Carol Burris, executive director of the Network for Public Education, writes here about the efforts by most Democratic candidates to avoid confronting the dangers of privatization:

When Democratic candidates are questioned about charter schools, many typically reply, “I am against for-profit charter schools.” Everyone cheers. Politicians have created a convenient (and false) dichotomy that says nonprofit charter schools are good, and for-profit charter schools are bad.

Don’t be fooled. There are now only 2 states that allow for-profit charter schools—Arizona and Wisconsin. California changed  its laws. 

However, 35 states allow for-profit Charter Management Organizations (CMOS) to run their nonprofit charter schools

40% of the charter schools in Florida are run by for-profit charter management companies. While the individual charter is a nonprofit, it can turn over everything from hiring, to curriculum, to financial management to a for-profit corporation. In Michigan, 80% of the so-called nonprofit charter schools are run by for-profit companies.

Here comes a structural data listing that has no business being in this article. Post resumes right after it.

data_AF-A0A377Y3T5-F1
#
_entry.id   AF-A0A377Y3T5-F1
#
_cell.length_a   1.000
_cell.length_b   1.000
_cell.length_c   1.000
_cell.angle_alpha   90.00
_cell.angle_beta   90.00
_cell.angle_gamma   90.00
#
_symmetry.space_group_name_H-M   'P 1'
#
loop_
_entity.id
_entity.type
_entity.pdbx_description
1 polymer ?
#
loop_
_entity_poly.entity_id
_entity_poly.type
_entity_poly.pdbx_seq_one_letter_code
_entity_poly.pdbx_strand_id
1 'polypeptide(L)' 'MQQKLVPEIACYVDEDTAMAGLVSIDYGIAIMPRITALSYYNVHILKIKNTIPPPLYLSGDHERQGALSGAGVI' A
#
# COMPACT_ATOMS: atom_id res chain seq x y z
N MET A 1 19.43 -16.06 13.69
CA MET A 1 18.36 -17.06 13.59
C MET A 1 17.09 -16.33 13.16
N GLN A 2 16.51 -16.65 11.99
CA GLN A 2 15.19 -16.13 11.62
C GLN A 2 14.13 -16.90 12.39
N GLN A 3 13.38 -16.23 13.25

To understand how this arrangement works, read this blog I wrote for the Answer Sheet on Florida’s charter schools. You will read about the Zulueta brothers who were on the board of an Academica charter school even while their for-profit real estate companies, including one in Panama, were leasing property to the schools. 

Let me shock you a bit more. The National Alliance for (so-called) Public Charter Schools recently gave the controversial profiteer, Fernando Zulueta, an award at its national conference!

You probably know the names and reputations of the other big for-profit CMOs—BASIS, National Heritage, Academica, K12 and more.

The question candidates need to answer then are:

 “Do you support for-profit Charter Management Organizations, and if you do not, what are you going to do about them?”

The most important questions to ask, however (and don’t let them off the hook), are whether they support the NAACP moratorium on new charter schools and “Will you stop the the federal funding of new charter schools?”

There is a reason the charter lobby never complains when a candidate says that he/she is against for-profit charter schools. It means nothing will change.